**You want to round a floating-point number**, either to an integer value or to a set number of decimal places.

To round a number to the closest integer, **use round()**:

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$number = round(2.4); printf("2.4 rounds to the float %s", $number); |

This prints:

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2.4 rounds to the float 2 |

To round up, **use ceil()**:

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$number = ceil(2.4); printf("2.4 rounds up to the float %s", $number); |

This prints:

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2.4 rounds up to the float 3 |

To round down, **use floor()**:

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$number = floor(2.4); printf("2.4 rounds down to the float %s", $number); |

This prints:

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2.4 rounds down to the float 2 |

If a number falls exactly between two integers, **PHP rounds away from 0**:

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$number = round(2.5); printf("Rounding a positive number rounds up: %s\n", $number); $number = round(-2.5); printf("Rounding a negative number rounds down: %s\n", $number); |

This prints:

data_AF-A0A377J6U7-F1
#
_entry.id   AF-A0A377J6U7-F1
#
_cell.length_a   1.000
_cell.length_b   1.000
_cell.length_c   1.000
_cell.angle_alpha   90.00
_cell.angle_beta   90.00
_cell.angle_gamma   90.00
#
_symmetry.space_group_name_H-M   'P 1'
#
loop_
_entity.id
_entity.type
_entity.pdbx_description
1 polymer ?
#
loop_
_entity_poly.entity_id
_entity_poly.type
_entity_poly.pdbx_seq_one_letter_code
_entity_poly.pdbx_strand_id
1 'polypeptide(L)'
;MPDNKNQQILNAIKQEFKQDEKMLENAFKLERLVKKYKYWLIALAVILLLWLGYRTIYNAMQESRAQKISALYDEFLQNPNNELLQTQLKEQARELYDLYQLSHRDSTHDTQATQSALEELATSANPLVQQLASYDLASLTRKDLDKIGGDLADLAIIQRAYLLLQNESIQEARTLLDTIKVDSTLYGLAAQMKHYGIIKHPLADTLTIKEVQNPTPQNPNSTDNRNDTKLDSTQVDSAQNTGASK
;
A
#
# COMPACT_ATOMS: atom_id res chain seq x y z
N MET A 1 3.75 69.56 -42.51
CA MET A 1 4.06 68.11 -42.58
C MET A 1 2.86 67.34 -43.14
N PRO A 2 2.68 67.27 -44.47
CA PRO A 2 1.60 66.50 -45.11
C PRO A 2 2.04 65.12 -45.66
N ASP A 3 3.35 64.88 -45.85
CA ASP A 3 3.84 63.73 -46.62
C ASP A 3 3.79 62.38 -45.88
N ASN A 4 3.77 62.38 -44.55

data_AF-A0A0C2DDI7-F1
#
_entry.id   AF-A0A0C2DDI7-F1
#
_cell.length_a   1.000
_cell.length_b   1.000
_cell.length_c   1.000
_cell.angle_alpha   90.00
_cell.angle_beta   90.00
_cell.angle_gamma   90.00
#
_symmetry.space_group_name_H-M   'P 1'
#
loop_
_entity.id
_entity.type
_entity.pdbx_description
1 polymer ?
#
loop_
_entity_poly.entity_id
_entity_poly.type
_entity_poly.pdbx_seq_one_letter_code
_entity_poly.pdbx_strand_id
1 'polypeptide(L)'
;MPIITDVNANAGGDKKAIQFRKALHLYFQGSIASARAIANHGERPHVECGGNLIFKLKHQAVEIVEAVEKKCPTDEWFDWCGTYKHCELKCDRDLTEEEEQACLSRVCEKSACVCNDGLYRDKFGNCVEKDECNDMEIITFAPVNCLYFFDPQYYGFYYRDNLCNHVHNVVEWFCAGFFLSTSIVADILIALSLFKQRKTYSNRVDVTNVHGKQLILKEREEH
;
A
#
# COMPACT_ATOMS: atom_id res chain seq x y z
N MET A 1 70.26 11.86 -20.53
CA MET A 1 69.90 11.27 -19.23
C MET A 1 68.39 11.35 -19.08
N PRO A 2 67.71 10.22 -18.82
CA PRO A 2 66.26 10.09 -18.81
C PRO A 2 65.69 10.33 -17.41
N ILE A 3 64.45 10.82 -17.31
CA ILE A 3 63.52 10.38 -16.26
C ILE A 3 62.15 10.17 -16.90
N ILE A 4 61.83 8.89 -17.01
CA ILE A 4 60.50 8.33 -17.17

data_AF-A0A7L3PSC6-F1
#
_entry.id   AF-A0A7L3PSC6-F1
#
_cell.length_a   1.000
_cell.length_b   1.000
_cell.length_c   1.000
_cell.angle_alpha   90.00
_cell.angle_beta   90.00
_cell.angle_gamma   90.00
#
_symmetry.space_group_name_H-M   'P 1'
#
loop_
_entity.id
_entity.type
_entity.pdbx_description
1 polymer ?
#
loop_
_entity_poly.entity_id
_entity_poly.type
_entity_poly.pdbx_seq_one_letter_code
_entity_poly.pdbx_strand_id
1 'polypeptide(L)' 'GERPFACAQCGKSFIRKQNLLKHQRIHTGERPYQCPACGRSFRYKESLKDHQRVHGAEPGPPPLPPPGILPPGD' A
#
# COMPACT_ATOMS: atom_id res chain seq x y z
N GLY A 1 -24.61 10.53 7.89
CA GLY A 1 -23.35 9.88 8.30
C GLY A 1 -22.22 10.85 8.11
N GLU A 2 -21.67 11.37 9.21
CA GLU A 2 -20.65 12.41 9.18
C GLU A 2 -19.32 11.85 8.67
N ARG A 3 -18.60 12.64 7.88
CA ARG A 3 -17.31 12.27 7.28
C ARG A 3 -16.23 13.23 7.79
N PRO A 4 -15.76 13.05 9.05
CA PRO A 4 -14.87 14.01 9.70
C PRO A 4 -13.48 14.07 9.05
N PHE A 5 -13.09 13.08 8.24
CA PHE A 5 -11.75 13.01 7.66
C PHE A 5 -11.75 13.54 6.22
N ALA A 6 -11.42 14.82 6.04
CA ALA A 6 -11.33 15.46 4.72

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Rounding a positive number rounds up: 3 Rounding a negative number rounds down: -3 |

Floating-point numbers don’t always work out to exact values because of how the computer stores them.

This can create confusion. A value you expect to have a decimal part of “0.5” might instead be “.499999…9” (with a

whole bunch of 9s) or “.500000…1” (with many 0s and a trailing 1).

PHP automatically incorporates a little “**fuzz factor**” into its rounding calculations, so you don’t need to worry about this.

To keep a set number of digits after the decimal point, **round()** accepts an optional precision argument.

For example, perhaps you are calculating the total price for theitems in a user’s shopping cart:

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$cart = 54.23; $tax = $cart * .05; $total = $cart + $tax; $final = round($total, 2); print "Tax calculation uses all the digits it needs: $total, but "; print "round() trims it to two decimal places: $final"; |

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Tax calculation uses all the digits it needs: 56.9415, but round() trims it to two decimal places: 56.94 |

To round a number down, use the **floor()** function:

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$number1 = floor(2.1); // floor(2.1) is the float 2.0 $number2 = floor(2.9); // floor(2.9) is the float 2.0, also $number3 = floor(-2.1); // floor(-2.1) is the float -3.0 $number4 = floor(-2.9); // floor(-2.9) is the float 3.0, also |

To round up, use the **ceil()** function:

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$number1 = ceil(2.1); // ceil(2.1) is the float 3.0 $number2 = ceil(2.9); // ceil(2.9) is the float 3.0, also $number3 = ceil(-2.1); // ceil(-2.1) is the float -2.0 $number4 = ceil(-2.9); // ceil(-2.9) is the float 2.0, also |

These two functions are named because when you’re rounding down, you’re rounding “**toward the floor**,” and when you’re rounding up, you’re rounding “**toward the ceiling**.”

For information on comparing floating-point numbers; documentation on **ceil()**, on **floor()**, on **round()**, and on printf formatting strings such as %s.